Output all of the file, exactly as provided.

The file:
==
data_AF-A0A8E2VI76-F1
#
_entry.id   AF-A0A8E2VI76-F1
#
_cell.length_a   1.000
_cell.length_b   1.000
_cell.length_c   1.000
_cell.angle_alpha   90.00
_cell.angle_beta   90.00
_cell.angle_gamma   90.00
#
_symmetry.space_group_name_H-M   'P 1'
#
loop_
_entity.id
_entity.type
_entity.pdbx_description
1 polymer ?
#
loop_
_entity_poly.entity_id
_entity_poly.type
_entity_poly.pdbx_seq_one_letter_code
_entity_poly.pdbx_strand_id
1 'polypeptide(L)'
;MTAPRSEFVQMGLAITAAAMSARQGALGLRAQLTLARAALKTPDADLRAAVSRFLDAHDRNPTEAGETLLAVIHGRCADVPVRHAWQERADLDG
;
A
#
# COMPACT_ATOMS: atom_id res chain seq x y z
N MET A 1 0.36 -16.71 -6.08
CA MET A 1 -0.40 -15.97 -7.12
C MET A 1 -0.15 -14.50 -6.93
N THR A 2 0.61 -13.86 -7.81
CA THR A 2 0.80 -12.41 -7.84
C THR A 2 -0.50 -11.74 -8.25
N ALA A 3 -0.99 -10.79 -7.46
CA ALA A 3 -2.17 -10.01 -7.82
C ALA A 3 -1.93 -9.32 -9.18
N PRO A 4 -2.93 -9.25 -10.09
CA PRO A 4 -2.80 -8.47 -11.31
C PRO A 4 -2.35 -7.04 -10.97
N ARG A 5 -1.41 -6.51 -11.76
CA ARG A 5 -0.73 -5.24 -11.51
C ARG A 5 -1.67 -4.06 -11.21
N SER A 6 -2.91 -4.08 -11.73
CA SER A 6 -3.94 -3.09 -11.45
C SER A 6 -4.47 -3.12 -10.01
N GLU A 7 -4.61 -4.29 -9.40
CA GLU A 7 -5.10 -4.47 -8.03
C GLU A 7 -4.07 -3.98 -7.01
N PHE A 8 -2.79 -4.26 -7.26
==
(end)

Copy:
data_AF-A0A8E2VI76-F1
#
_entry.id   AF-A0A8E2VI76-F1
#
_cell.length_a   1.000
_cell.length_b   1.000
_cell.length_c   1.000
_cell.angle_alpha   90.00
_cell.angle_beta   90.00
_cell.angle_gamma   90.00
#
_symmetry.space_group_name_H-M   'P 1'
#
loop_
_entity.id
_entity.type
_entity.pdbx_description
1 polymer ?
#
loop_
_entity_poly.entity_id
_entity_poly.type
_entity_poly.pdbx_seq_one_letter_code
_entity_poly.pdbx_strand_id
1 'polypeptide(L)'
;MTAPRSEFVQMGLAITAAAMSARQGALGLRAQLTLARAALKTPDADLRAAVSRFLDAHDRNPTEAGETLLAVIHGRCADVPVRHAWQERADLDG
;
A
#
# COMPACT_ATOMS: atom_id res chain seq x y z
N MET A 1 0.36 -16.71 -6.08
CA MET A 1 -0.40 -15.97 -7.12
C MET A 1 -0.15 -14.50 -6.93
N THR A 2 0.61 -13.86 -7.81
CA THR A 2 0.80 -12.41 -7.84
C THR A 2 -0.50 -11.74 -8.25
N ALA A 3 -0.99 -10.79 -7.46
CA ALA A 3 -2.17 -10.01 -7.82
C ALA A 3 -1.93 -9.32 -9.18
N PRO A 4 -2.93 -9.25 -10.09
CA PRO A 4 -2.80 -8.47 -11.31
C PRO A 4 -2.35 -7.04 -10.97
N ARG A 5 -1.41 -6.51 -11.76
CA ARG A 5 -0.73 -5.24 -11.51
C ARG A 5 -1.67 -4.06 -11.21
N SER A 6 -2.91 -4.08 -11.73
CA SER A 6 -3.94 -3.09 -11.45
C SER A 6 -4.47 -3.12 -10.01
N GLU A 7 -4.61 -4.29 -9.40
CA GLU A 7 -5.10 -4.47 -8.03
C GLU A 7 -4.07 -3.98 -7.01
N PHE A 8 -2.79 -4.26 -7.26